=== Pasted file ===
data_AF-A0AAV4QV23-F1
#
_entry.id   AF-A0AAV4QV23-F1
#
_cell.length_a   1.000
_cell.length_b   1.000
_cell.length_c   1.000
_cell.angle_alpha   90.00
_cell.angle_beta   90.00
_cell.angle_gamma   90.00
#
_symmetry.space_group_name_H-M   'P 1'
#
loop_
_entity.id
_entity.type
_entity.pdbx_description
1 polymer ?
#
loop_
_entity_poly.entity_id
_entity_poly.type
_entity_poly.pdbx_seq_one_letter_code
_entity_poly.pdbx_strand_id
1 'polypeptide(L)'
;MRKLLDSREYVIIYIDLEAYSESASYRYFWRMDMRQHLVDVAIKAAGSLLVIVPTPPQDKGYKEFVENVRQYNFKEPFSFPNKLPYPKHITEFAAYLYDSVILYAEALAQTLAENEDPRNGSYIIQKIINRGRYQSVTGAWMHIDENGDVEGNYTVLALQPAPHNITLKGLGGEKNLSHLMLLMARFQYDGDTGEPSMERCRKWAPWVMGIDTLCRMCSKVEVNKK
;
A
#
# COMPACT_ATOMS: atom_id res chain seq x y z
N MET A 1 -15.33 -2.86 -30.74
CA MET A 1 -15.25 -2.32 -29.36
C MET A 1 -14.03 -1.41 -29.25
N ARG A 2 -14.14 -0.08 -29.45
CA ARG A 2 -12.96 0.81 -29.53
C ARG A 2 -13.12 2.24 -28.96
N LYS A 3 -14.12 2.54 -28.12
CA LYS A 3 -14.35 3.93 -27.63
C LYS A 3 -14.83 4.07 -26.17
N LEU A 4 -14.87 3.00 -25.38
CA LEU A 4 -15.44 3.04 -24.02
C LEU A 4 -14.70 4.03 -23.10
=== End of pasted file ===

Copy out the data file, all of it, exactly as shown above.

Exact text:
data_AF-A0AAV4QV23-F1
#
_entry.id   AF-A0AAV4QV23-F1
#
_cell.length_a   1.000
_cell.length_b   1.000
_cell.length_c   1.000
_cell.angle_alpha   90.00
_cell.angle_beta   90.00
_cell.angle_gamma   90.00
#
_symmetry.space_group_name_H-M   'P 1'
#
loop_
_entity.id
_entity.type
_entity.pdbx_description
1 polymer ?
#
loop_
_entity_poly.entity_id
_entity_poly.type
_entity_poly.pdbx_seq_one_letter_code
_entity_poly.pdbx_strand_id
1 'polypeptide(L)'
;MRKLLDSREYVIIYIDLEAYSESASYRYFWRMDMRQHLVDVAIKAAGSLLVIVPTPPQDKGYKEFVENVRQYNFKEPFSFPNKLPYPKHITEFAAYLYDSVILYAEALAQTLAENEDPRNGSYIIQKIINRGRYQSVTGAWMHIDENGDVEGNYTVLALQPAPHNITLKGLGGEKNLSHLMLLMARFQYDGDTGEPSMERCRKWAPWVMGIDTLCRMCSKVEVNKK
;
A
#
# COMPACT_ATOMS: atom_id res chain seq x y z
N MET A 1 -15.33 -2.86 -30.74
CA MET A 1 -15.25 -2.32 -29.36
C MET A 1 -14.03 -1.41 -29.25
N ARG A 2 -14.14 -0.08 -29.45
CA ARG A 2 -12.96 0.81 -29.53
C ARG A 2 -13.12 2.24 -28.96
N LYS A 3 -14.12 2.54 -28.12
CA LYS A 3 -14.35 3.93 -27.63
C LYS A 3 -14.83 4.07 -26.17
N LEU A 4 -14.87 3.00 -25.38
CA LEU A 4 -15.44 3.04 -24.02
C LEU A 4 -14.70 4.03 -23.10